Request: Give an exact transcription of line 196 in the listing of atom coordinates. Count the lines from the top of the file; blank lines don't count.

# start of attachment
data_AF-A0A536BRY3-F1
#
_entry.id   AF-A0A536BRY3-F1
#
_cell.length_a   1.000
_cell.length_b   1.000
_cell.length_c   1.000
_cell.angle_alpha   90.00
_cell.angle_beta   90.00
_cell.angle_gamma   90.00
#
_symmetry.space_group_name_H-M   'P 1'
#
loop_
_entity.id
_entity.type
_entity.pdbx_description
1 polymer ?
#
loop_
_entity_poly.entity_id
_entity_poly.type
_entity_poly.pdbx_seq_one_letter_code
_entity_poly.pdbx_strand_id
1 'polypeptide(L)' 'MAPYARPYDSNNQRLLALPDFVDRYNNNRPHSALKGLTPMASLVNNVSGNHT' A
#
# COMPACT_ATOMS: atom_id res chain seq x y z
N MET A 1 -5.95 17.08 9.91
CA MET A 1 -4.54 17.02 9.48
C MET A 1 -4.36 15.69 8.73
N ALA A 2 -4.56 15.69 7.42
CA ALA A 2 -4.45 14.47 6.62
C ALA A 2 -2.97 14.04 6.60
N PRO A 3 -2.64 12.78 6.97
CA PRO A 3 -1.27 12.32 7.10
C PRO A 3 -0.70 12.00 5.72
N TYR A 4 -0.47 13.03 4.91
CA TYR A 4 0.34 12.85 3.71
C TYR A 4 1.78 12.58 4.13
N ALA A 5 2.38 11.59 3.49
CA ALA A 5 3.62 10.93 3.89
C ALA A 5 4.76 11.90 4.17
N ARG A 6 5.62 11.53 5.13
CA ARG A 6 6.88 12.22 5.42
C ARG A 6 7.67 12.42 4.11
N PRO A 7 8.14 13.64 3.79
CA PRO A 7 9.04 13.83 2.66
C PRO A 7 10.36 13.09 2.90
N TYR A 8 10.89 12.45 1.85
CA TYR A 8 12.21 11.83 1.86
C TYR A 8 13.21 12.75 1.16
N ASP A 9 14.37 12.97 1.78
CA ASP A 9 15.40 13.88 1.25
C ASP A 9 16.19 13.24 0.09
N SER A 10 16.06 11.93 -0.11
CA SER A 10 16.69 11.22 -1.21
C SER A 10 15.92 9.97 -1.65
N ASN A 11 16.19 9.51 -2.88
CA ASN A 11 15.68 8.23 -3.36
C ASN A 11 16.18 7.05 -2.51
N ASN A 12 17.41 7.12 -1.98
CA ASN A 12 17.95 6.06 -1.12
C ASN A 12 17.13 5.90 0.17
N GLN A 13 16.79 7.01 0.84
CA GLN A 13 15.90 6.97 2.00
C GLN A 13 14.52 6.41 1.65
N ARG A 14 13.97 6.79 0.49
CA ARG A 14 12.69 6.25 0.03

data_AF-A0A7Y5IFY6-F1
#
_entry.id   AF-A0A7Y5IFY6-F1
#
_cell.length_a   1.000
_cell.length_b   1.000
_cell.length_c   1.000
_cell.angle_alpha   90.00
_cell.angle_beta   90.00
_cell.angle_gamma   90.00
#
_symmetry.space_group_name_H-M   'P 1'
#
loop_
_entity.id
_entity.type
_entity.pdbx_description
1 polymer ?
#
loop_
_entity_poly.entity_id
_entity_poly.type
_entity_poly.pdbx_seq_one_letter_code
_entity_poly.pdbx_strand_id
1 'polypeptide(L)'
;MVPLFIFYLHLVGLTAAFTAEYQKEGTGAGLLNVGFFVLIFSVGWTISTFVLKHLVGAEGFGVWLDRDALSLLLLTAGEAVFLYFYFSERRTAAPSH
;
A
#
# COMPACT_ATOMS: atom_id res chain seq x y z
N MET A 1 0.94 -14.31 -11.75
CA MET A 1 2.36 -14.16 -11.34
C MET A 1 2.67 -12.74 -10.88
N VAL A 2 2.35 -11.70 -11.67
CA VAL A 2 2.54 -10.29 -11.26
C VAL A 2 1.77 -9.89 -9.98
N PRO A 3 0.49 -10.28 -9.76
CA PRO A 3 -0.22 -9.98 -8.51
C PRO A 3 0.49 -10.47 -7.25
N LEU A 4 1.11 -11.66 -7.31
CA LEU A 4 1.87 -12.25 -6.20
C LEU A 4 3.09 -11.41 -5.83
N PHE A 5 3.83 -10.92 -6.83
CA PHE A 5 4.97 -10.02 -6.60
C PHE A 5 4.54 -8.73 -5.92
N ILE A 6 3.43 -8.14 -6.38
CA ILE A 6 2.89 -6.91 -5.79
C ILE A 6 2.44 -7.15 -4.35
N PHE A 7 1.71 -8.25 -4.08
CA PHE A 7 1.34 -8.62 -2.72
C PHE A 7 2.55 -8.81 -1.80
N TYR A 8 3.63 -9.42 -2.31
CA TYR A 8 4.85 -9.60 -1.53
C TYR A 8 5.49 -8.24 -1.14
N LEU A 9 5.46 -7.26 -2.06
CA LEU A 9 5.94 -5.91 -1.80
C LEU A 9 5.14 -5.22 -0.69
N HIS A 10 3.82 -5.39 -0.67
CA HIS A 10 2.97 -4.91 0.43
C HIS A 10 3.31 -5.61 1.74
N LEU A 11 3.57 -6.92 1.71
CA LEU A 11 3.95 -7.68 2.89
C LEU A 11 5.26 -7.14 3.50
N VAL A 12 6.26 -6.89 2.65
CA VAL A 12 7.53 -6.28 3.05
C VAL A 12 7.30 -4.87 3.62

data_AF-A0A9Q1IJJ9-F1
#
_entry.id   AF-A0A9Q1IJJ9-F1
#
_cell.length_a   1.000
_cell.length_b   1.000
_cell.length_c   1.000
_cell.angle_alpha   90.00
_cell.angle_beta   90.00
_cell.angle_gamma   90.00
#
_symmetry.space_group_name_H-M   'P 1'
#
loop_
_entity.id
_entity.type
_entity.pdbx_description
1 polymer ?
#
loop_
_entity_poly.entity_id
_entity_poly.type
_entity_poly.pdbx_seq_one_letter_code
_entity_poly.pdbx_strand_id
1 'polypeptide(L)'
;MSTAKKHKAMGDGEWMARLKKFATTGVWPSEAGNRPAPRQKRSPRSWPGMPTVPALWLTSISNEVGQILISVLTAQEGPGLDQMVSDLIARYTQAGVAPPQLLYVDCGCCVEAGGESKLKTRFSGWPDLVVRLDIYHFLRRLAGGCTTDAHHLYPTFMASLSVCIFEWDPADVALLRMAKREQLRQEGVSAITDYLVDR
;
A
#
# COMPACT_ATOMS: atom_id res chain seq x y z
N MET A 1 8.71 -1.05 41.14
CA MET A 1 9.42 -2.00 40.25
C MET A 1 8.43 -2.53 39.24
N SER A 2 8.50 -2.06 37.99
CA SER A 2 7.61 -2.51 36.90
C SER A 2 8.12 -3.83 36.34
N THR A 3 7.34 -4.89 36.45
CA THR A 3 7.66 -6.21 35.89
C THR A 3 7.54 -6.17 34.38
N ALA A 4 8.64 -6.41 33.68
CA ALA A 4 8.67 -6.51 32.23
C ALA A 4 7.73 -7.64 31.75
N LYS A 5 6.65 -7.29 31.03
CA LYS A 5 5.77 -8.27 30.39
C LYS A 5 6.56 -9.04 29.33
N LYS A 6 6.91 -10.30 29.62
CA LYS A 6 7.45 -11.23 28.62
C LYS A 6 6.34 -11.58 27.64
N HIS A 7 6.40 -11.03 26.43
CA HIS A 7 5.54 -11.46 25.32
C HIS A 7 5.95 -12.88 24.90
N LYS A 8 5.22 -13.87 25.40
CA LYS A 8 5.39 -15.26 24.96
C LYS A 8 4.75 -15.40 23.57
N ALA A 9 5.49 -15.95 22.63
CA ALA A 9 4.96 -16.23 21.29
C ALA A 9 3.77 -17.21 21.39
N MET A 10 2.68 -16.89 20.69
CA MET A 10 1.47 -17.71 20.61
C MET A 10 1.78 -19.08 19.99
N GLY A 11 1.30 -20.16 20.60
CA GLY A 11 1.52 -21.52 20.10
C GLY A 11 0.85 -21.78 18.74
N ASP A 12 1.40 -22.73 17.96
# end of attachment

CA GLY A 11 1.52 -21.52 20.10